By a simple calculation, we have \(L_1=L_2=0.0003\), \(||A||=0.002\), \(\ominus \alpha _1=-0.001\), \(k_1=1\), \(\ominus \alpha _2=k_2=0\), \(\alpha =0.001\). One can easily verify that all the conditions in Corollary 2 are satisfied for \(0\le \mu \le 1\). In particularly, if we take \({\mathbb {T}}={\mathbb {R}}\), then \(\mu (t)=0\) and if we take \({\mathbb {T}}={\mathbb {Z}}\), then \(\mu (t)=1\). Therefore, in both the cases of \({\mathbb {T}}={\mathbb {R}}\) and \({\mathbb {T}}={\mathbb {Z}}\), (10) has a \(\pi\)-periodic solution, which is exponentially stable.

Remark 4

Example (10) shows that both the continuous case of (10)
$$\frac{{\mathrm {d}}}{{\mathrm {d}}t}x(t)=A(t)x(t)+f\left( t,x(t-\tau (t)),x'(t-\zeta (t))\right) ,\quad t\in {\mathbb {R}}$$
and its discrete analogue
$$\Delta x(n)=A(n)x(n)+f\left( n,x(n-\tau (n)),\Delta x(n-\zeta (n))\right) ,\quad n\in {\mathbb {Z}}$$
have the same dynamical property for the periodic case.

Conclusion

In this paper, by using the existence of the exponential dichotomy of linear dynamic equations on time scales and the inequality techniques, we established the existence and global exponential stability of periodic solutions for a very general class of n-dimensional neutral dynamic equations on time scales. Our results of this paper are completely new and complementary to the previously known results even in both the case of differential equations (time scale \({\mathbb {T}}={\mathbb {R}}\)) and the case of difference equations (time scale \({\mathbb {T}}={\mathbb {Z}}\)), and our methods used in this paper may be used to study the problem of periodic solutions to other types of dynamic equations on time scales.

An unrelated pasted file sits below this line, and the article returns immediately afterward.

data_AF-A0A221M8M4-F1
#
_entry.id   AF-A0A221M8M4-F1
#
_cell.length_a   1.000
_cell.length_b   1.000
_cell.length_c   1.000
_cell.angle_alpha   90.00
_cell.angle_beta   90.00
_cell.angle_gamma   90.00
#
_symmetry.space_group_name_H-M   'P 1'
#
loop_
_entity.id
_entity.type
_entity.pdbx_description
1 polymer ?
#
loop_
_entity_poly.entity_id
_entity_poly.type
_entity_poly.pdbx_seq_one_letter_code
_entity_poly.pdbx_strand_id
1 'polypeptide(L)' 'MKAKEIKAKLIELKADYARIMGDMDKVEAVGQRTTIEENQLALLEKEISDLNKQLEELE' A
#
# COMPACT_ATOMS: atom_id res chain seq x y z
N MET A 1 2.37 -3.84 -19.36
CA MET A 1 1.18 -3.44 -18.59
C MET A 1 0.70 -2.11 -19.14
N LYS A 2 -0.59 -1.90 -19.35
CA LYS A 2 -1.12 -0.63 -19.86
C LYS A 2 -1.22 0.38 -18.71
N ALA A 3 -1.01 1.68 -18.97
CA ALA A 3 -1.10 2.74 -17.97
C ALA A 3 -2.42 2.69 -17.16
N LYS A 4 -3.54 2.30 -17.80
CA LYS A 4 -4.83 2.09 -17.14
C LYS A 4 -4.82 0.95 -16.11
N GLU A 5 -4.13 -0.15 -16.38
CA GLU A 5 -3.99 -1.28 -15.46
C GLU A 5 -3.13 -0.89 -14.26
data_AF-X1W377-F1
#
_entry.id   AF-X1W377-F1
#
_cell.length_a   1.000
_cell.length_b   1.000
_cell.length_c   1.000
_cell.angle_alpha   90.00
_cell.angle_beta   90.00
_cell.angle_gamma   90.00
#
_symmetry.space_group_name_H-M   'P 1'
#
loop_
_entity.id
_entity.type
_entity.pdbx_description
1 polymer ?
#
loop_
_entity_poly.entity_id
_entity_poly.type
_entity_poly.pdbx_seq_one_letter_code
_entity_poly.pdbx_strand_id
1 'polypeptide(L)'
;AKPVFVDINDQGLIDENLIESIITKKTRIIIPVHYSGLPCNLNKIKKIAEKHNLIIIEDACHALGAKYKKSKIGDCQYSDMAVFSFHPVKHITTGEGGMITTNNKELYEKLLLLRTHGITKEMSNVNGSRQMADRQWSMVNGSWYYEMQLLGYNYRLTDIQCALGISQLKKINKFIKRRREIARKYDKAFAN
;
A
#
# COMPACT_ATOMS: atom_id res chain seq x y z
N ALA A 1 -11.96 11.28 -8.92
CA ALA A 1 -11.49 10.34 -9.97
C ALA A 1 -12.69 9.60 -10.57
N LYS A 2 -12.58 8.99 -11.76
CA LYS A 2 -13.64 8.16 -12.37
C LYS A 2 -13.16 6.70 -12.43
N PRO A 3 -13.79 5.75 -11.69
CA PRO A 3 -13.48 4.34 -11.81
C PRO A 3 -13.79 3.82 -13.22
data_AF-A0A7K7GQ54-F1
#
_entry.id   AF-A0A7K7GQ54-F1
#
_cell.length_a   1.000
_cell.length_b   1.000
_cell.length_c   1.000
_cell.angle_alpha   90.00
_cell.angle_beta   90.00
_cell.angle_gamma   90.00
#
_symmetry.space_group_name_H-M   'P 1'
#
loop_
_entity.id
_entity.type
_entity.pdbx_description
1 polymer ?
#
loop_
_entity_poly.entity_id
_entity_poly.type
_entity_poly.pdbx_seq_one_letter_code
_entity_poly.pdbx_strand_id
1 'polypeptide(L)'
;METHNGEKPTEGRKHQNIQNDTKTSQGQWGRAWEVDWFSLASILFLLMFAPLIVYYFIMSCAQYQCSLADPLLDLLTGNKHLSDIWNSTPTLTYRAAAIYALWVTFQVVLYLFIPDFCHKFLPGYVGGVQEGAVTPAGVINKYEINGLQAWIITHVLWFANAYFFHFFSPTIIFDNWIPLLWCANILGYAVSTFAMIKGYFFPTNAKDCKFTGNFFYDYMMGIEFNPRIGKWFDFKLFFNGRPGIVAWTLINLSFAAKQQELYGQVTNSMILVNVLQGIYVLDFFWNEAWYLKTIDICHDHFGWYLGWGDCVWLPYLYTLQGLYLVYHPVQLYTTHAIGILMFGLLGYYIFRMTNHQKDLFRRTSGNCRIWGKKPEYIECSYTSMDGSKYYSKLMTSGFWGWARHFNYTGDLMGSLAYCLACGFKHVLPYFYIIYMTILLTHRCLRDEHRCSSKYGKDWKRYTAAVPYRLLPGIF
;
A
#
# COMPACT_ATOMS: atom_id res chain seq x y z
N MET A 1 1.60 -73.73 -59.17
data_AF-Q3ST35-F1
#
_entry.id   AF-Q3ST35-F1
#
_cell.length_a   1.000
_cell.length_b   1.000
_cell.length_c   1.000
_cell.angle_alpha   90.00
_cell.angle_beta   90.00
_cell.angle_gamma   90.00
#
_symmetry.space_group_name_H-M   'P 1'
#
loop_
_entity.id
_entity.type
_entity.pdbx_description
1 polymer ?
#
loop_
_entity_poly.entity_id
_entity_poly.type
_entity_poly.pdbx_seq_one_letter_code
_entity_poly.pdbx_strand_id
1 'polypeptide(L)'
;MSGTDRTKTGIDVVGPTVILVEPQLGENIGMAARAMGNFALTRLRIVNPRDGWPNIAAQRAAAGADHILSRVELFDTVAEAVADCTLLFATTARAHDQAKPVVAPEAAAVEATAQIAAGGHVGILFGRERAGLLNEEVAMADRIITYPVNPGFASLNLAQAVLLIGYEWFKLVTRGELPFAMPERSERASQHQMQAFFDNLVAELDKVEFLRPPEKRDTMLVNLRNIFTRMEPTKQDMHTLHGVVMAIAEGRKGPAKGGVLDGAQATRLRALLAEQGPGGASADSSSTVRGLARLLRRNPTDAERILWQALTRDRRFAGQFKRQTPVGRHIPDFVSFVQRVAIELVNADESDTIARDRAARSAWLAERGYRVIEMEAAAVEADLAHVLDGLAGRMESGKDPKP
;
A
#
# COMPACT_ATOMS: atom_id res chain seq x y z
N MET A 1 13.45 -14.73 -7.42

Declarations

Authors’ contributions

BL, YL and XZ contributed equally to the manuscript and typed. All authors read and approved the final manuscript.

Acknowledgements

This work is supported by the National Natural Sciences Foundation of People’s Republic of China under Grant 11361072.

Competing interests

The authors declare that they have no competing interests.

Open AccessThis article is distributed under the terms of the Creative Commons Attribution 4.0 International License (http://creativecommons.org/licenses/by/4.0/), which permits unrestricted use, distribution, and reproduction in any medium, provided you give appropriate credit to the original author(s) and the source, provide a link to the Creative Commons license, and indicate if changes were made.

Authors’ Affiliations

(1)
Department of Mathematics, Yunnan University
(2)
School of Mathamatics and Information Science, Qujing Normal University